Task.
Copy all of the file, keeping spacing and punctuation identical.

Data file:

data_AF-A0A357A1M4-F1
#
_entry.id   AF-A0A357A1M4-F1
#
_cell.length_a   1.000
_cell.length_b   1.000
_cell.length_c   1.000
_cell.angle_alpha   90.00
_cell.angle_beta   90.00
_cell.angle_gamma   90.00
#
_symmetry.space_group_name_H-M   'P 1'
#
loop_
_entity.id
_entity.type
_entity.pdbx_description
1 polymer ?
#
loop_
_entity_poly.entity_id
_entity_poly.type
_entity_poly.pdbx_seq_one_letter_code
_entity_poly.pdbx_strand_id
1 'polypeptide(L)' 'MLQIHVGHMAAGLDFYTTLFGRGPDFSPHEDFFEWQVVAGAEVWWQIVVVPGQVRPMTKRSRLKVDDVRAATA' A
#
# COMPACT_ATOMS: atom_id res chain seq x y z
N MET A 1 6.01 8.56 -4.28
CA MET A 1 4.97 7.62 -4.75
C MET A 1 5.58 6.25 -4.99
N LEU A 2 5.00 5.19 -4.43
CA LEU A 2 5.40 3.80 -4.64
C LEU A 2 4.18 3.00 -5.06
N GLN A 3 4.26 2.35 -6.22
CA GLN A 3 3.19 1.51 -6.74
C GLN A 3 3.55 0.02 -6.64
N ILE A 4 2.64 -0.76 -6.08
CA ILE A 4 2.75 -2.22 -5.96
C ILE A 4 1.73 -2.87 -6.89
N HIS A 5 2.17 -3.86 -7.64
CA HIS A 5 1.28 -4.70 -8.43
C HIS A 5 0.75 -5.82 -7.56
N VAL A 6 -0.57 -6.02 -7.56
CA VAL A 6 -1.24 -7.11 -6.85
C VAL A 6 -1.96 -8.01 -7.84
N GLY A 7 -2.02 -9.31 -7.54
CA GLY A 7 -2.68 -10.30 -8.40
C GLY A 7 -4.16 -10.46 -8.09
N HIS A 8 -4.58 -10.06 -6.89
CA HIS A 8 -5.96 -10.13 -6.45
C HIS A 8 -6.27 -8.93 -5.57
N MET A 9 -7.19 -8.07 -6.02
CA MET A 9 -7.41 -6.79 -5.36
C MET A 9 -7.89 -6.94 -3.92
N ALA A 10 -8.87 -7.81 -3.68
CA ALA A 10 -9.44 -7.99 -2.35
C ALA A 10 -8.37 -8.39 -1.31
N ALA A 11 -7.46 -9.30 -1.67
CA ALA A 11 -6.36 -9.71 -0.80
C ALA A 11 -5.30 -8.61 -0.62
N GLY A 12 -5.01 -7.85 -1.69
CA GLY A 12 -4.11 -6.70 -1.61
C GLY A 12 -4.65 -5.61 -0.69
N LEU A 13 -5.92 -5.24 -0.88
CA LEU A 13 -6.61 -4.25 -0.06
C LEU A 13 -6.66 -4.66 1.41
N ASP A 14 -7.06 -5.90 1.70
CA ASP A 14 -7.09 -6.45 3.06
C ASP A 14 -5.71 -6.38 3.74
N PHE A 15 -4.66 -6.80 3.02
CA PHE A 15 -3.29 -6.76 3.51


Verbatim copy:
data_AF-A0A357A1M4-F1
#
_entry.id   AF-A0A357A1M4-F1
#
_cell.length_a   1.000
_cell.length_b   1.000
_cell.length_c   1.000
_cell.angle_alpha   90.00
_cell.angle_beta   90.00
_cell.angle_gamma   90.00
#
_symmetry.space_group_name_H-M   'P 1'
#
loop_
_entity.id
_entity.type
_entity.pdbx_description
1 polymer ?
#
loop_
_entity_poly.entity_id
_entity_poly.type
_entity_poly.pdbx_seq_one_letter_code
_entity_poly.pdbx_strand_id
1 'polypeptide(L)' 'MLQIHVGHMAAGLDFYTTLFGRGPDFSPHEDFFEWQVVAGAEVWWQIVVVPGQVRPMTKRSRLKVDDVRAATA' A
#
# COMPACT_ATOMS: atom_id res chain seq x y z
N MET A 1 6.01 8.56 -4.28
CA MET A 1 4.97 7.62 -4.75
C MET A 1 5.58 6.25 -4.99
N LEU A 2 5.00 5.19 -4.43
CA LEU A 2 5.40 3.80 -4.64
C LEU A 2 4.18 3.00 -5.06
N GLN A 3 4.26 2.35 -6.22
CA GLN A 3 3.19 1.51 -6.74
C GLN A 3 3.55 0.02 -6.64
N ILE A 4 2.64 -0.76 -6.08
CA ILE A 4 2.75 -2.22 -5.96
C ILE A 4 1.73 -2.87 -6.89
N HIS A 5 2.17 -3.86 -7.64
CA HIS A 5 1.28 -4.70 -8.43
C HIS A 5 0.75 -5.82 -7.56
N VAL A 6 -0.57 -6.02 -7.56
CA VAL A 6 -1.24 -7.11 -6.85
C VAL A 6 -1.96 -8.01 -7.84
N GLY A 7 -2.02 -9.31 -7.54
CA GLY A 7 -2.68 -10.30 -8.40
C GLY A 7 -4.16 -10.46 -8.09
N HIS A 8 -4.58 -10.06 -6.89
CA HIS A 8 -5.96 -10.13 -6.45
C HIS A 8 -6.27 -8.93 -5.57
N MET A 9 -7.19 -8.07 -6.02
CA MET A 9 -7.41 -6.79 -5.36
C MET A 9 -7.89 -6.94 -3.92
N ALA A 10 -8.87 -7.81 -3.68
CA ALA A 10 -9.44 -7.99 -2.35
C ALA A 10 -8.37 -8.39 -1.31
N ALA A 11 -7.46 -9.30 -1.67
CA ALA A 11 -6.36 -9.71 -0.80
C ALA A 11 -5.30 -8.61 -0.62
N GLY A 12 -5.01 -7.85 -1.69
CA GLY A 12 -4.11 -6.70 -1.61
C GLY A 12 -4.65 -5.61 -0.69
N LEU A 13 -5.92 -5.24 -0.88
CA LEU A 13 -6.61 -4.25 -0.06
C LEU A 13 -6.66 -4.66 1.41
N ASP A 14 -7.06 -5.90 1.70
CA ASP A 14 -7.09 -6.45 3.06
C ASP A 14 -5.71 -6.38 3.74
N PHE A 15 -4.66 -6.80 3.02
CA PHE A 15 -3.29 -6.76 3.51